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I wanted to write a response to some of the comments I have been getting on my other blog posts. I am interested in the different attitudes towards visitors and volunteers; however, I prefer to keep all of the comments positive. It is for this reason that I wanted to create this post, to clarify some of the information about the organization I am with or my purposes here.
I came to Ghana with an interest in tropical medicine. I have mentioned previously that I wanted to pursue an internship where I could learn the most in this area with the ultimate goal being to become a better student and the best doctor I can be. That being said, I am still a student and cannot make any long term commitments to staying and volunteering here for an extended period of time. That is my long term goal; however, it is unfair to say that volunteers like me are not welcome because we are only here for six weeks. It is not only expensive for me to be here, but I am constricted by my academic year as well which makes an extended stay here impossible. Also, I am only here short term now not on some “voluntourism” project as it has been crudely put but instead to improve the quality of healthcare I will someday provide while on a long term project.
That being said there were also comments about how frequent my blog posts are and that I should spend more time being involved in the culture, which made it evident that I have no been clear about how my time has been allocated here. First, my blog posts are written during the half hour periods I have scheduled before I go to bed each night to minimize the amount of time I spend at the internet cafes. Because they are prewritten, it takes me less than twenty minutes to leave a post and read the comments. Cumulatively I spend under ...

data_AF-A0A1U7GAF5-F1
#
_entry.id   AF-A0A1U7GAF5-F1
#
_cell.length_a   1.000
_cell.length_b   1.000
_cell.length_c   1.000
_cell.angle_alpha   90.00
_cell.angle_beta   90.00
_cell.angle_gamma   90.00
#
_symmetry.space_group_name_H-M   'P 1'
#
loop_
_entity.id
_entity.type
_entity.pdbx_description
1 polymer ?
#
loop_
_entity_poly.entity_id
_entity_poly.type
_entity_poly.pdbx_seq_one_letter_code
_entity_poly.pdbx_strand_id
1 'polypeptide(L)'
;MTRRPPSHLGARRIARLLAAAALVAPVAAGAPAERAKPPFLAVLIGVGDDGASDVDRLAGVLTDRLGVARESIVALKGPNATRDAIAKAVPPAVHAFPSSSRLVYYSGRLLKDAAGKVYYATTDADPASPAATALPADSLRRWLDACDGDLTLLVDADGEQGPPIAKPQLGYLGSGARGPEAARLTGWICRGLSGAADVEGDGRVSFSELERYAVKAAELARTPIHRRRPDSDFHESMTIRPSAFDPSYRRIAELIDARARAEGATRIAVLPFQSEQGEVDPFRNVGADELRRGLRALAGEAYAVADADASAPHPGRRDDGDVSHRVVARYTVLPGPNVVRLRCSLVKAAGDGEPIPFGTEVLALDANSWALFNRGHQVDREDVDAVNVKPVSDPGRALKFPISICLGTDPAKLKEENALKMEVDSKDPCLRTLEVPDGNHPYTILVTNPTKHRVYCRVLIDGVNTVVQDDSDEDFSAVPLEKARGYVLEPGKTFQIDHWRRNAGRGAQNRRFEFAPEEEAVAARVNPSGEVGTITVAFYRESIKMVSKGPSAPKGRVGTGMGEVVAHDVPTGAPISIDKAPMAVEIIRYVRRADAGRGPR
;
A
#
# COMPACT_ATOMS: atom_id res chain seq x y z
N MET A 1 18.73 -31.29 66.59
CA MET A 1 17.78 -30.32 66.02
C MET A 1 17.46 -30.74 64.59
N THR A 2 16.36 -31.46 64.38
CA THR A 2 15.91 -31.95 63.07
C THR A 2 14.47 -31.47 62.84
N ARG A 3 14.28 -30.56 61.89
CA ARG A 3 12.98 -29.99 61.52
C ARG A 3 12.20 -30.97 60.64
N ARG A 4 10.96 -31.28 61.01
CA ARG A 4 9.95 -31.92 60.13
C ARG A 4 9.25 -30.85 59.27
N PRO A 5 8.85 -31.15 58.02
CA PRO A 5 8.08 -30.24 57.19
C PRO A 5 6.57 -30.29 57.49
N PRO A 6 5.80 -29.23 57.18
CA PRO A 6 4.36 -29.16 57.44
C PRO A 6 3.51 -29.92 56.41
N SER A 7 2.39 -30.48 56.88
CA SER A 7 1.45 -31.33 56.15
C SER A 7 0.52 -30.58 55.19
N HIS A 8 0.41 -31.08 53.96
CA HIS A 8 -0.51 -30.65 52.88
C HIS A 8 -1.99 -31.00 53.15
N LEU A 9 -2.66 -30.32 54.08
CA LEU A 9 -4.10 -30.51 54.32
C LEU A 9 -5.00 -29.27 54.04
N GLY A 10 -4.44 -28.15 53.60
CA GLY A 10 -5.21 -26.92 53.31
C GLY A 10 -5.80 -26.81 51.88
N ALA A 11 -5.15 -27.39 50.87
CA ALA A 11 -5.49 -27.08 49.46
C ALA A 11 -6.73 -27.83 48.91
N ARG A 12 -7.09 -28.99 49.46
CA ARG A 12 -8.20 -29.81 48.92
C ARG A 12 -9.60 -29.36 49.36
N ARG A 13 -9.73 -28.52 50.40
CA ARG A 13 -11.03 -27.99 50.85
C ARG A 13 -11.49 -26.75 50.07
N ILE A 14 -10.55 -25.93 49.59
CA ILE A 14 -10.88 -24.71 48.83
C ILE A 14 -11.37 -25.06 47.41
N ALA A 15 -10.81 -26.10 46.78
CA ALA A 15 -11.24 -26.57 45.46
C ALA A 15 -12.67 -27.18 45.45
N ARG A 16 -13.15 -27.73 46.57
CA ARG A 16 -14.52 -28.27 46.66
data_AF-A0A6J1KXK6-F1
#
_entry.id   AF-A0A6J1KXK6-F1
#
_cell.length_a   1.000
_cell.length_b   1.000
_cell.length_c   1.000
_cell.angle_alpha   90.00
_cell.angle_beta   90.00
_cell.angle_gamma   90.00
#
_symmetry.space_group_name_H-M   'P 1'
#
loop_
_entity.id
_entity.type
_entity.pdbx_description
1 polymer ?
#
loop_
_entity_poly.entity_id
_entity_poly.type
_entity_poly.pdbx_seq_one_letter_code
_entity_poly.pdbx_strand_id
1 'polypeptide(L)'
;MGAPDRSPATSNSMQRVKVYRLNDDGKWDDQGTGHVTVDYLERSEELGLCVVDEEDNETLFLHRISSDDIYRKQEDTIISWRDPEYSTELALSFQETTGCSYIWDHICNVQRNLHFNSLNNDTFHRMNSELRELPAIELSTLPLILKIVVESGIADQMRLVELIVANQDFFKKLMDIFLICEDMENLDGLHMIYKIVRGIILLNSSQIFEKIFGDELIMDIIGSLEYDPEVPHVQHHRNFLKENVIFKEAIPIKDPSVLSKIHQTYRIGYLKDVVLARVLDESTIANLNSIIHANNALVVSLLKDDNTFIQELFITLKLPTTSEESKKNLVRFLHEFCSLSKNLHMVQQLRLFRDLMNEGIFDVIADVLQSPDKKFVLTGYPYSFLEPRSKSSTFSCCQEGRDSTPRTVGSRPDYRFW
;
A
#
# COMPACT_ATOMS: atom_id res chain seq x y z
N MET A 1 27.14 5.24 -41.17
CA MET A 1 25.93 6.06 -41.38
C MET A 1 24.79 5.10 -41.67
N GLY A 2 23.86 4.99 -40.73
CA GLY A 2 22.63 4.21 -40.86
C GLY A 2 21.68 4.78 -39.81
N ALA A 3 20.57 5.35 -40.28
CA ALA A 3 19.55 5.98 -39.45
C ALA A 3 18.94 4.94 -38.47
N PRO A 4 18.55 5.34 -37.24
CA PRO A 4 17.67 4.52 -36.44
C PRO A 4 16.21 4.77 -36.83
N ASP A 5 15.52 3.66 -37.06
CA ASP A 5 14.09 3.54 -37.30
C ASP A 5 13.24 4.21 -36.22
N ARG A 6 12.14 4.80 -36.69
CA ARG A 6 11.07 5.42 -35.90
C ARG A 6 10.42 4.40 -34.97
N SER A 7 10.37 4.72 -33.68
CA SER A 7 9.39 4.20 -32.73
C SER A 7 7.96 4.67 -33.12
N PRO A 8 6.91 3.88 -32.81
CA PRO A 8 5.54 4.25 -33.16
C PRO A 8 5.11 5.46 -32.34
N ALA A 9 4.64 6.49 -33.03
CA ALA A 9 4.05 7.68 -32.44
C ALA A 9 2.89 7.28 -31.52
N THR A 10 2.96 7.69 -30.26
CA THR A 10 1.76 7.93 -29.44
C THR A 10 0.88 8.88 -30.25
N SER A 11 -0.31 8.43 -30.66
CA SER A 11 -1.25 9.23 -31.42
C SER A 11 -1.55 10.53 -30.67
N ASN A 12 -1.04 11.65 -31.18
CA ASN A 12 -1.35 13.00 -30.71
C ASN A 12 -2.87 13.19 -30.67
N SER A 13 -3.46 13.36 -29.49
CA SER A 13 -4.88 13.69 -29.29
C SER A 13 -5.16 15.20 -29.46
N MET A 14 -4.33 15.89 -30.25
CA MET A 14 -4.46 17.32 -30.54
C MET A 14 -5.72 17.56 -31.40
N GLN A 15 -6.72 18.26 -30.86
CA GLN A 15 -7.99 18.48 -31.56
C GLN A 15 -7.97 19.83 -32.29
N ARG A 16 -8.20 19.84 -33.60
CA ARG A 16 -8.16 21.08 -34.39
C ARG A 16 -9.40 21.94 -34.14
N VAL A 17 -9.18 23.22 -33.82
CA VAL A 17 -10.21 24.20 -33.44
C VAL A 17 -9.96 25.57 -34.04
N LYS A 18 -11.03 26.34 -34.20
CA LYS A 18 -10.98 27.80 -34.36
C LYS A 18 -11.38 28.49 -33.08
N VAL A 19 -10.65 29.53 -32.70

So the operation theater is totally living up to expectations so far, so much so that I am going back tomorrow instead of going on outreach and staying in there next week as well. We began our day on Monday waiting for the anesthesiologists to finish a meeting. While we waited the surgeon explained to us that he works seven days a week and has no hours, but instead he must complete a certain number of surgeries before he can go home. He walked into the prep room and looked at the four women awaiting their procedures and immediately commented on how fat they are and made a joke about how difficult it would be to feed them in the ward. Over the weekend I was looking at a painting of a Ghanaian woman that one of the street vendors had created of a large woman, with a thick bone structure and strong curves. He explained that in America they view fat women as unattractive, whereas here men like it when woman are fat because to them it is a sign of fertility. So, when the surgeon entered Monday morning and called the four women fat according to Ghanaian culture he was actually extending them a compliment, which was really awesome.
I had noticed what the painter was talking about many times throughout my stay here. I have a very healthy appreciation for the bodies of the Ghanaian women. Most of them are much taller than women in the states, and their arms are also longer, with very large hands. Nearly all of the women have impeccable posture and are very strong. I think this has a lot to do with the fact that they carry such heavy burdens on their heads. Many of the younger ladies who sell things from baskets on their heads need someone to put it up there because they cannot lift it themselves. The Ghanaian women also have the most perfect complexions I have ever seen. They ...
Mes sept semaines au Togo s’achèveront dans quatre jours.
Le temps, qui pendant la première semaine paraît ne jamais vouloir passer, est filé à partir de la deuxième. Vendredi soir je reverrai l'Europe, je ne me couvrirai pas le corps de produits anti-moustiques et je re-changerai l'heure: deux heures à l'avance, cette fois.
Cette expérience a été enrichissante, un défi sous tous les aspects. Il est limitatif d'essayer de la définir avec un ou deux adjectifs, il vaut mieux d'en parler en liberté, sans trop y penser, on verra quelles réflexions en dériveront.